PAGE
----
computer.He spared her a fleeting glance and, when she contin ued to hover by the door,impatiently told her to come inside and to shut the door behind her.He was the archetypal employer of her worst imagin ings. Having given her ten minutesto settle down in front of Joseph’s computer and be brought up to date with what wouldbe expected, he then proceeded to launch into a high-powered delivery of instructions.Report number one was a lengthy and complex letter involving a multimillion-pounddeal, which involved words that Katy had never heard before in her entire life, nevermind typed.When she finally exhaled a sigh of pure despair, Bruno shot around to where she wassitting hunched in front of the computer and proceeded to lean over her, stretching acrossso that he could guide the arrow down the letter, which was depressingly awash withmistakes.‘I thought you said you could type,’ he said heavily, moving to sit on the edge of thedesk and frown down at her.‘I warned you that this was a bad idea,’ Katy muttered, her face burning. ‘I’m reallytrying but you just dictate too fast. How am I supposed to keep up with you?’‘This is full of spelling mistakes.’‘I know!’ Katy acknowledged miserably, all her dislike I rising back up to the surfaceand making her squirm, I ‘I’ve never heard of half these words! It’s all legal speak! Yoursecretary is probably a whiz when it comes to typ ing this jargon because she’saccustomed to it, but I’m I not! Joseph doesn’t dictate business documents, he dictatesnormal stuff.’ She could hear a distinct wobble in I her voice and had anuncharacteristic urge to fling his I laptop at his head.‘You’ll have to correct it. And if it’s any help you can use one of those legal dictionarieson the shelf.’ He I pushed himself off the desk, giving her time to gather her senses andfetch the dictionary from the shelf, know ing that she was under frowning scrutiny.But at least for the next half an hour he wasn’t f breathing down her neck like a tyrantfaced with an un satisfactory serf. He relaxed back in the leather chair, E which nicelyaccommodated Joseph and which he I seemed to dwarf with his immensely powerfulbody, and; began a series of phone calls, which Katy half listened [ to as she begancorrecting the hateful document.If she had been a temp, she had no doubt that by the j end of the day she would have hadto endure a ‘Your Services are No Longer Required’ speech from him.
By the time she had finished the wretched thing, she realised that he was still on thephone and was unreason ably surprised to realise that this phone call was not the same asthe others. He had swivelled the chair away from 1 her and was speaking in a low, huskyvoice. A low, husky and very intimate voice.She stared hard at the back of his head and was still staring when he swung the chairaround to replace the receiver.‘Finished?’ he asked silkily and Katy nodded and looked away.‘If you’d like some privacy to make personal calls, I really don’t mind leaving...’ sheburst out and then blushed at the unwitting gaffe.‘What makes you think that I was making a personal call?’ Bruno asked. He tilted hishead back and surveyed her broodingly.‘It’s none of my business,’ Katy mumbled, unable to tear her eyes away.Bruno didn’t say anything. He just appeared to give her answer some consideration, thenhe shrugged as though coming to a decision.‘It might be.’ He stood up and strolled over to the window where he proceeded to perchagainst the window ledge, all the better to observe her. ‘And you were right. Iwas makinga personal call. Nothing for which I need particular privacy, I assure you.’‘Oh. Right.’ That in itself was confusing. Ifshe had been making a personal call, to aman, and she assumed his had been to a woman, then she would have wanted as muchprivacy as she could get. Who liked their little words of endearment being overheard byall and sundry? But then Bruno was not a normal man. Maybe he just didn’t do words ofendearment.‘Does Joseph ever talk about my—how shall I phrase this?—myprivate life?’‘Not really, no,’ Katy said evasively. The sunlight streamed from behind him so that hewas starkly silhou etted. He had shoved his hands into his trouser pockets and his feetwere crossed at the ankles so that his body looked whipcord lean and his shoulders broadand muscular.‘What does “not really” mean? Does it mean ml or no?’‘He’s mentioned once or twice that you...that you’re! very popular with the ladies.’The phrasing of that seemed to afford him a great deal of mirth and he raised hiseyebrows expressively at her, j ‘By which I take it he thinks I sleep around?’ ‘That’s notwhat he says!’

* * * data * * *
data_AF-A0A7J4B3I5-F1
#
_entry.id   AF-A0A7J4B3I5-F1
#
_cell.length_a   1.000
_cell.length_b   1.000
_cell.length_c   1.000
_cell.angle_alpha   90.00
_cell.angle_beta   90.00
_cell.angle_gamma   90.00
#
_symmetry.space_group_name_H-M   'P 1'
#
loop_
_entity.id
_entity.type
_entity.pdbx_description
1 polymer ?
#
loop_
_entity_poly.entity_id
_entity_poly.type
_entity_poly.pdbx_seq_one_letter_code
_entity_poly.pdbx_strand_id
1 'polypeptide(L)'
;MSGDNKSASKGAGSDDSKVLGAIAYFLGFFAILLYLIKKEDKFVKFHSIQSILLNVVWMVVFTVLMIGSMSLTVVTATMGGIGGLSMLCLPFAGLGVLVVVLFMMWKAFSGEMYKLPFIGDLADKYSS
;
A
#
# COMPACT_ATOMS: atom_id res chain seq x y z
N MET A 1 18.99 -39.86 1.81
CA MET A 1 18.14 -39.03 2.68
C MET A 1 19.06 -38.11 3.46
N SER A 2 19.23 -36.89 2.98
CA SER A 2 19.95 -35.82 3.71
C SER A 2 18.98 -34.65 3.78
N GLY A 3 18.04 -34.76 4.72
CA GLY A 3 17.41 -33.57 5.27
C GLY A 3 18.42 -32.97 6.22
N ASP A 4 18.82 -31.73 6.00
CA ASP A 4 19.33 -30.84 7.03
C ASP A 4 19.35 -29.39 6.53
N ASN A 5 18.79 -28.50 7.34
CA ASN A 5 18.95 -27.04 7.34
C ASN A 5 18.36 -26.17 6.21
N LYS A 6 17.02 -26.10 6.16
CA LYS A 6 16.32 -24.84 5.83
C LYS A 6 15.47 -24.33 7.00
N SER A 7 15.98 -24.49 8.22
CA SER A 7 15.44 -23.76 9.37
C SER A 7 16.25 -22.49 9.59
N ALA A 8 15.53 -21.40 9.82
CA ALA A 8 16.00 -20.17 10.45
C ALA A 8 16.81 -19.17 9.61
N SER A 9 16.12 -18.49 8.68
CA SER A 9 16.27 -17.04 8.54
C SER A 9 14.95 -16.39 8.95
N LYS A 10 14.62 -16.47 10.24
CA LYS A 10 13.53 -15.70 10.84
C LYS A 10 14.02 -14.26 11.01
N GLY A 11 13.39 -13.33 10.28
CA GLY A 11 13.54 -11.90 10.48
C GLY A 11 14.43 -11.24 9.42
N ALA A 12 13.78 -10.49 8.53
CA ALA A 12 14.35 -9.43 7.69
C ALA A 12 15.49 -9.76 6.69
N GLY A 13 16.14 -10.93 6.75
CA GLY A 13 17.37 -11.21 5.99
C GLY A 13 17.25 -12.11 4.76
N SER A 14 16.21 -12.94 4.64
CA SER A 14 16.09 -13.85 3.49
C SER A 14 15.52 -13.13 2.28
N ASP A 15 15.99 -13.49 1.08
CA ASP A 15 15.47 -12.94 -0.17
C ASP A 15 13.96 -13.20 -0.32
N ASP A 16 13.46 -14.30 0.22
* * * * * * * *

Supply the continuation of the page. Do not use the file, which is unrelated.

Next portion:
‘No, but it’s what he thinks. And it’s also something! of which he disapproves. No gooddenying it. But...’ Bruno strung the word out until Katy was almost! prompted to askhim to hurry up and finish his sentence! ‘... he might be in for a rather pleasant surprisewhen he I comes back. I’ve never brought any of the women I’ve I gone out with back tothis house before to meet Joseph.’ I ‘I know,’ Katy said involuntarily and then checkedherself.‘Even though I know that what Joseph has wanted for a long time now is for me to getserious enough about a woman to invite her back here.’ Bruno thought of the countlesstimes his godfather had asked gently probing questions about his love life, tiptoeingaround flatly stat ing that he wanted his godson to settle down, but giving off all the rightvibes for the message to be conveyed I nevertheless.‘And I think,’ Bruno mused thoughtfully, ‘which perhaps the time has arrived when Ican bring a woman here to meet him.’‘Any in particular?’ Katy couldn’t help asking with a trace of irony because there wassomething so deeply unromantic about the way he had arrived at voicing his intentions. Ifhe was in love with a woman, wanted her to meet his godfather, shouldn’t he be yelling itout from the rooftops instead of deliberating on it as if it was just something else in hislife that made sense at a particular point in time?Bruno looked at her sharply, without amusement, and Katy tried to feel duly chastened.‘I’ve been seeing someone for a few months now and it seems to me that the time maywell have come for me to settle down.’‘Because Joseph has had a heart attack and you want to make him happy now that he’srecovering?’‘Because I’m not getting any younger and time waits for no man.’ For someone whoprided himself on his verbal dexterity, it was a little annoying to hear the cli ches comingfrom his mouth. ‘Anyway, Isobel will make the perfect wife.’ He frowned and lookedconsideringly at Katy. ‘He’ll be thrilled.’‘I’m sure he will,’ Katy agreed. She surprised herself by the depth of her curiosity.‘What is she like?’‘Tall. Blonde. An ex-model as a matter of fact. Her father owns one of the largestcomputer businesses in the country and he’s expanding fast. Why are you wearing thatexpression?’ Bruno asked irritably.‘She sounds...an ideal match,’ Katy pronounced, for want of anything better to say.‘When will you invite her to meet Joseph?’‘As soon as he gets out of hospital. Of course, I won’t mention my intentions straight